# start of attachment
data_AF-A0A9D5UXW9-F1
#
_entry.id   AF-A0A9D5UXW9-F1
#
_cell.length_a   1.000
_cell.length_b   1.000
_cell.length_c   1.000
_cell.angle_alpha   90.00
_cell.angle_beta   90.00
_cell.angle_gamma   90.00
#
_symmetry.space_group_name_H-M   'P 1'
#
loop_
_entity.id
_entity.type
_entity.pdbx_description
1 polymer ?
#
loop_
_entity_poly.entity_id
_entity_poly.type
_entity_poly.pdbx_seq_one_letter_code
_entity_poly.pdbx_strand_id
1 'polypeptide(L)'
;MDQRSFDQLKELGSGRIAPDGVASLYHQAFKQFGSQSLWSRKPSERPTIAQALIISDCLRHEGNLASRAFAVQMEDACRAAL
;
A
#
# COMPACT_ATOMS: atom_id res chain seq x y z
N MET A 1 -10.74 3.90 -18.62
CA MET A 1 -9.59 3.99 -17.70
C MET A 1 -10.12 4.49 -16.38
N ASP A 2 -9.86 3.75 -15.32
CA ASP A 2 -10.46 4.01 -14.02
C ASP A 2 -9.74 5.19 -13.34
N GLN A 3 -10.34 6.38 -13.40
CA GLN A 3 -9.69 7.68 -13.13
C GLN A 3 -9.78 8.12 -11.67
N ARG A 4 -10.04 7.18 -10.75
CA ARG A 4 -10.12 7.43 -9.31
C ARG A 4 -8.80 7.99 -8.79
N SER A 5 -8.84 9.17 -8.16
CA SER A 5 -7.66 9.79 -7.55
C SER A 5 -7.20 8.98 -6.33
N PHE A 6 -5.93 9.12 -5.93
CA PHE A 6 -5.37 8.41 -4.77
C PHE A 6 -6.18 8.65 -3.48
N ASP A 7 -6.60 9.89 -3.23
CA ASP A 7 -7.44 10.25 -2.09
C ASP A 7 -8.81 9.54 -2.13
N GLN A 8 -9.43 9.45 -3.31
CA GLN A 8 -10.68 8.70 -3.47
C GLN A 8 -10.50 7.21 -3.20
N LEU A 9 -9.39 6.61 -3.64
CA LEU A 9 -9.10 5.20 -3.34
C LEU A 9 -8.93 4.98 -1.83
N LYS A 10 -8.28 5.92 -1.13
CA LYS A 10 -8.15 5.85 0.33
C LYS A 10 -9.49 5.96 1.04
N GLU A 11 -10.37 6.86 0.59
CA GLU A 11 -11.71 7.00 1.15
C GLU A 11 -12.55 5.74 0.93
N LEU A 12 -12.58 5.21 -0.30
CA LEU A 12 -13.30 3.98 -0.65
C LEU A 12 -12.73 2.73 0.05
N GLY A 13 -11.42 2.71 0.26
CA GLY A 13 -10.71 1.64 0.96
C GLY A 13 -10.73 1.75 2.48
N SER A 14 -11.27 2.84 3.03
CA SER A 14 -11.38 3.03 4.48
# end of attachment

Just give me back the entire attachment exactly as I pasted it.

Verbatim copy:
data_AF-A0A9D5UXW9-F1
#
_entry.id   AF-A0A9D5UXW9-F1
#
_cell.length_a   1.000
_cell.length_b   1.000
_cell.length_c   1.000
_cell.angle_alpha   90.00
_cell.angle_beta   90.00
_cell.angle_gamma   90.00
#
_symmetry.space_group_name_H-M   'P 1'
#
loop_
_entity.id
_entity.type
_entity.pdbx_description
1 polymer ?
#
loop_
_entity_poly.entity_id
_entity_poly.type
_entity_poly.pdbx_seq_one_letter_code
_entity_poly.pdbx_strand_id
1 'polypeptide(L)'
;MDQRSFDQLKELGSGRIAPDGVASLYHQAFKQFGSQSLWSRKPSERPTIAQALIISDCLRHEGNLASRAFAVQMEDACRAAL
;
A
#
# COMPACT_ATOMS: atom_id res chain seq x y z
N MET A 1 -10.74 3.90 -18.62
CA MET A 1 -9.59 3.99 -17.70
C MET A 1 -10.12 4.49 -16.38
N ASP A 2 -9.86 3.75 -15.32
CA ASP A 2 -10.46 4.01 -14.02
C ASP A 2 -9.74 5.19 -13.34
N GLN A 3 -10.34 6.38 -13.40
CA GLN A 3 -9.69 7.68 -13.13
C GLN A 3 -9.78 8.12 -11.67
N ARG A 4 -10.04 7.18 -10.75
CA ARG A 4 -10.12 7.43 -9.31
C ARG A 4 -8.80 7.99 -8.79
N SER A 5 -8.84 9.17 -8.16
CA SER A 5 -7.66 9.79 -7.55
C SER A 5 -7.20 8.98 -6.33
N PHE A 6 -5.93 9.12 -5.93
CA PHE A 6 -5.37 8.41 -4.77
C PHE A 6 -6.18 8.65 -3.48
N ASP A 7 -6.60 9.89 -3.23
CA ASP A 7 -7.44 10.25 -2.09
C ASP A 7 -8.81 9.54 -2.13
N GLN A 8 -9.43 9.45 -3.31
CA GLN A 8 -10.68 8.70 -3.47
C GLN A 8 -10.50 7.21 -3.20
N LEU A 9 -9.39 6.61 -3.64
CA LEU A 9 -9.10 5.20 -3.34
C LEU A 9 -8.93 4.98 -1.83
N LYS A 10 -8.28 5.92 -1.13
CA LYS A 10 -8.15 5.85 0.33
C LYS A 10 -9.49 5.96 1.04
N GLU A 11 -10.37 6.86 0.59
CA GLU A 11 -11.71 7.00 1.15
C GLU A 11 -12.55 5.74 0.93
N LEU A 12 -12.58 5.21 -0.30
CA LEU A 12 -13.30 3.98 -0.65
C LEU A 12 -12.73 2.73 0.05
N GLY A 13 -11.42 2.71 0.26
CA GLY A 13 -10.71 1.64 0.96
C GLY A 13 -10.73 1.75 2.48
N SER A 14 -11.27 2.84 3.03
CA SER A 14 -11.38 3.03 4.48